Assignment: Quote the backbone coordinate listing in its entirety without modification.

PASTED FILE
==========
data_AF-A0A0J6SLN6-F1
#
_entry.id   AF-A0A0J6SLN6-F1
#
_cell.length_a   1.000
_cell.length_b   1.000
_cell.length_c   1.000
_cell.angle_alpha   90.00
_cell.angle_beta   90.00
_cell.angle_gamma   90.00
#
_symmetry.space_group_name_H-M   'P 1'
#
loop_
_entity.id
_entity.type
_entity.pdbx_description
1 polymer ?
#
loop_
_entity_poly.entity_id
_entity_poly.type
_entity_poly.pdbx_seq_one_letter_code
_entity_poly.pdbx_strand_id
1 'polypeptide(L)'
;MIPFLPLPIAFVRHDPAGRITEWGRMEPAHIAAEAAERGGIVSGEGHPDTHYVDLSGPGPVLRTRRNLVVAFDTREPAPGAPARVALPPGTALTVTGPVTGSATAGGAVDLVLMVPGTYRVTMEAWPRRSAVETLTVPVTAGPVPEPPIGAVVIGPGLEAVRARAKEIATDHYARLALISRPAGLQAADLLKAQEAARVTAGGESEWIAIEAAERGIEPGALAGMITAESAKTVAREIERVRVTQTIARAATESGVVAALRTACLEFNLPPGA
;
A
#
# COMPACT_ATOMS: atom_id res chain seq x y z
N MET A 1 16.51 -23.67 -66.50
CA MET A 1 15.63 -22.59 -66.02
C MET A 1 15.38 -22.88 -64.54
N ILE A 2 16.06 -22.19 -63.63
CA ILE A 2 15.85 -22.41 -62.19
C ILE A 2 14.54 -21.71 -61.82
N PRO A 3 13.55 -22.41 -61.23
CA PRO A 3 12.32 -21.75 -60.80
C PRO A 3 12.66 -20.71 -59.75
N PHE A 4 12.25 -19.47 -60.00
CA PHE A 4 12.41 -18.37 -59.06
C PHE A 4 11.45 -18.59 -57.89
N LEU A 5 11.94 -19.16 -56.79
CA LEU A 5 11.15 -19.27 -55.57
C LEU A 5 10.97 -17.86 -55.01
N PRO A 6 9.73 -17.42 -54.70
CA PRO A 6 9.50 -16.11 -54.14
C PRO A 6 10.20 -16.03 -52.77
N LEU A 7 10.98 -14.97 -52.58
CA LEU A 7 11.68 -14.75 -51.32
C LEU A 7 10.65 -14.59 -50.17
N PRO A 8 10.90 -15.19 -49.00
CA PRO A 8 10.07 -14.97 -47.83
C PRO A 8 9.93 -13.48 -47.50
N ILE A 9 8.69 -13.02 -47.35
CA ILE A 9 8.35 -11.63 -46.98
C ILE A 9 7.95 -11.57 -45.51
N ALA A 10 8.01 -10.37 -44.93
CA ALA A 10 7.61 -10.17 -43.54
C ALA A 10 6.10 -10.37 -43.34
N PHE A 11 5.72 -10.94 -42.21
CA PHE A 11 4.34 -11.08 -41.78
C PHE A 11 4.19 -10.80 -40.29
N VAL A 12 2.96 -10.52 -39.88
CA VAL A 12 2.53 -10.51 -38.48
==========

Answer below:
data_AF-A0A0J6SLN6-F1
#
_entry.id   AF-A0A0J6SLN6-F1
#
_cell.length_a   1.000
_cell.length_b   1.000
_cell.length_c   1.000
_cell.angle_alpha   90.00
_cell.angle_beta   90.00
_cell.angle_gamma   90.00
#
_symmetry.space_group_name_H-M   'P 1'
#
loop_
_entity.id
_entity.type
_entity.pdbx_description
1 polymer ?
#
loop_
_entity_poly.entity_id
_entity_poly.type
_entity_poly.pdbx_seq_one_letter_code
_entity_poly.pdbx_strand_id
1 'polypeptide(L)'
;MIPFLPLPIAFVRHDPAGRITEWGRMEPAHIAAEAAERGGIVSGEGHPDTHYVDLSGPGPVLRTRRNLVVAFDTREPAPGAPARVALPPGTALTVTGPVTGSATAGGAVDLVLMVPGTYRVTMEAWPRRSAVETLTVPVTAGPVPEPPIGAVVIGPGLEAVRARAKEIATDHYARLALISRPAGLQAADLLKAQEAARVTAGGESEWIAIEAAERGIEPGALAGMITAESAKTVAREIERVRVTQTIARAATESGVVAALRTACLEFNLPPGA
;
A
#
# COMPACT_ATOMS: atom_id res chain seq x y z
N MET A 1 16.51 -23.67 -66.50
CA MET A 1 15.63 -22.59 -66.02
C MET A 1 15.38 -22.88 -64.54
N ILE A 2 16.06 -22.19 -63.63
CA ILE A 2 15.85 -22.41 -62.19
C ILE A 2 14.54 -21.71 -61.82
N PRO A 3 13.55 -22.41 -61.23
CA PRO A 3 12.32 -21.75 -60.80
C PRO A 3 12.66 -20.71 -59.75
N PHE A 4 12.25 -19.47 -60.00
CA PHE A 4 12.41 -18.37 -59.06
C PHE A 4 11.45 -18.59 -57.89
N LEU A 5 11.94 -19.16 -56.79
CA LEU A 5 11.15 -19.27 -55.57
C LEU A 5 10.97 -17.86 -55.01
N PRO A 6 9.73 -17.42 -54.70
CA PRO A 6 9.50 -16.11 -54.14
C PRO A 6 10.20 -16.03 -52.77
N LEU A 7 10.98 -14.97 -52.58
CA LEU A 7 11.68 -14.75 -51.32
C LEU A 7 10.65 -14.59 -50.17
N PRO A 8 10.90 -15.19 -49.00
CA PRO A 8 10.07 -14.97 -47.83
C PRO A 8 9.93 -13.48 -47.50
N ILE A 9 8.69 -13.02 -47.35
CA ILE A 9 8.35 -11.63 -46.98
C ILE A 9 7.95 -11.57 -45.51
N ALA A 10 8.01 -10.37 -44.93
CA ALA A 10 7.61 -10.17 -43.54
C ALA A 10 6.10 -10.37 -43.34
N PHE A 11 5.72 -10.94 -42.21
CA PHE A 11 4.34 -11.08 -41.78
C PHE A 11 4.19 -10.80 -40.29
N VAL A 12 2.96 -10.52 -39.88
CA VAL A 12 2.53 -10.51 -38.48